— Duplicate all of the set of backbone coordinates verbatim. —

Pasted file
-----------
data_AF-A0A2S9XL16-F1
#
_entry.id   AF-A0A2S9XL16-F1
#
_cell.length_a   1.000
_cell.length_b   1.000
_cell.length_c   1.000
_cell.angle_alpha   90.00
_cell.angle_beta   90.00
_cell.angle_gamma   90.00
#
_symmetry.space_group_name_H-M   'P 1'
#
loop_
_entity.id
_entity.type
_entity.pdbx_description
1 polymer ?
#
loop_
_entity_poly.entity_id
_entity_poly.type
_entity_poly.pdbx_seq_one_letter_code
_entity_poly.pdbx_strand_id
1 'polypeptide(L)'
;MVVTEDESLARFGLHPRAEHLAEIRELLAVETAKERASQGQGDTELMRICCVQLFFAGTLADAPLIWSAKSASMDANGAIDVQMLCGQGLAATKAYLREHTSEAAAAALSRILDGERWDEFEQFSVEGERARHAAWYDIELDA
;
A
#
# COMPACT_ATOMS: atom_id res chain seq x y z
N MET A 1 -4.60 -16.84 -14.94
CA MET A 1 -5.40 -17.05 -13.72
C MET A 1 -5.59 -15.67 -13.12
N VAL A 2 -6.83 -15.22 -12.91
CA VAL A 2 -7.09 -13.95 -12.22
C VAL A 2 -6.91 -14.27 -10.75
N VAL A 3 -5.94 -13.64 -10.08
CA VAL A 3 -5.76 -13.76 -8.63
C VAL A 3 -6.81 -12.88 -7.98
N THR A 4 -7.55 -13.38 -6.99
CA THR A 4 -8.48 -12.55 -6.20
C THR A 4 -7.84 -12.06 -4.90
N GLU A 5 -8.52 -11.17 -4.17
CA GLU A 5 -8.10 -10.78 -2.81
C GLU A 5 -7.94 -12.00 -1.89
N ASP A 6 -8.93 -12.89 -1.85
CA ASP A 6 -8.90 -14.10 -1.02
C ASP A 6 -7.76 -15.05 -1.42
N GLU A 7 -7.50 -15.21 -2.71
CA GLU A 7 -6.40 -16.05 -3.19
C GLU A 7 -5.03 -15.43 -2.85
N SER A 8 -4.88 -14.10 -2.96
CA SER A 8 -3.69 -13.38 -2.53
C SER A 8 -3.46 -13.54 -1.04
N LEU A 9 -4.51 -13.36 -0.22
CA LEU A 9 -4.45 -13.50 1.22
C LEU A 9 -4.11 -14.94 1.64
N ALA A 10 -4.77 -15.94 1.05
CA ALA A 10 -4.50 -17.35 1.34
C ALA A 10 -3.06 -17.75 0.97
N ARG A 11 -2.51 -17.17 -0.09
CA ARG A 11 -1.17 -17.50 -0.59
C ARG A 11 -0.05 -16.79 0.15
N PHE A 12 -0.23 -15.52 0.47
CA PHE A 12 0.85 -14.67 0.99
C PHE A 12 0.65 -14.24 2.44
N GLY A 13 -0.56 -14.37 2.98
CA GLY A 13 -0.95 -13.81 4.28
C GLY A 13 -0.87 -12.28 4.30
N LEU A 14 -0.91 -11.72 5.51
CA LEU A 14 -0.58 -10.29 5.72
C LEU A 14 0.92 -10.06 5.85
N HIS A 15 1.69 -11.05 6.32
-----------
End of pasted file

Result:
data_AF-A0A2S9XL16-F1
#
_entry.id   AF-A0A2S9XL16-F1
#
_cell.length_a   1.000
_cell.length_b   1.000
_cell.length_c   1.000
_cell.angle_alpha   90.00
_cell.angle_beta   90.00
_cell.angle_gamma   90.00
#
_symmetry.space_group_name_H-M   'P 1'
#
loop_
_entity.id
_entity.type
_entity.pdbx_description
1 polymer ?
#
loop_
_entity_poly.entity_id
_entity_poly.type
_entity_poly.pdbx_seq_one_letter_code
_entity_poly.pdbx_strand_id
1 'polypeptide(L)'
;MVVTEDESLARFGLHPRAEHLAEIRELLAVETAKERASQGQGDTELMRICCVQLFFAGTLADAPLIWSAKSASMDANGAIDVQMLCGQGLAATKAYLREHTSEAAAAALSRILDGERWDEFEQFSVEGERARHAAWYDIELDA
;
A
#
# COMPACT_ATOMS: atom_id res chain seq x y z
N MET A 1 -4.60 -16.84 -14.94
CA MET A 1 -5.40 -17.05 -13.72
C MET A 1 -5.59 -15.67 -13.12
N VAL A 2 -6.83 -15.22 -12.91
CA VAL A 2 -7.09 -13.95 -12.22
C VAL A 2 -6.91 -14.27 -10.75
N VAL A 3 -5.94 -13.64 -10.08
CA VAL A 3 -5.76 -13.76 -8.63
C VAL A 3 -6.81 -12.88 -7.98
N THR A 4 -7.55 -13.38 -6.99
CA THR A 4 -8.48 -12.55 -6.20
C THR A 4 -7.84 -12.06 -4.90
N GLU A 5 -8.52 -11.17 -4.17
CA GLU A 5 -8.10 -10.78 -2.81
C GLU A 5 -7.94 -12.00 -1.89
N ASP A 6 -8.93 -12.89 -1.85
CA ASP A 6 -8.90 -14.10 -1.02
C ASP A 6 -7.76 -15.05 -1.42
N GLU A 7 -7.50 -15.21 -2.71
CA GLU A 7 -6.40 -16.05 -3.19
C GLU A 7 -5.03 -15.43 -2.85
N SER A 8 -4.88 -14.10 -2.96
CA SER A 8 -3.69 -13.38 -2.53
C SER A 8 -3.46 -13.54 -1.04
N LEU A 9 -4.51 -13.36 -0.22
CA LEU A 9 -4.45 -13.50 1.22
C LEU A 9 -4.11 -14.94 1.64
N ALA A 10 -4.77 -15.94 1.05
CA ALA A 10 -4.50 -17.35 1.34
C ALA A 10 -3.06 -17.75 0.97
N ARG A 11 -2.51 -17.17 -0.09
CA ARG A 11 -1.17 -17.50 -0.59
C ARG A 11 -0.05 -16.79 0.15
N PHE A 12 -0.23 -15.52 0.47
CA PHE A 12 0.85 -14.67 0.99
C PHE A 12 0.65 -14.24 2.44
N GLY A 13 -0.56 -14.37 2.98
CA GLY A 13 -0.95 -13.81 4.28
C GLY A 13 -0.87 -12.28 4.30
N LEU A 14 -0.91 -11.72 5.51
CA LEU A 14 -0.58 -10.29 5.72
C LEU A 14 0.92 -10.06 5.85
N HIS A 15 1.69 -11.05 6.32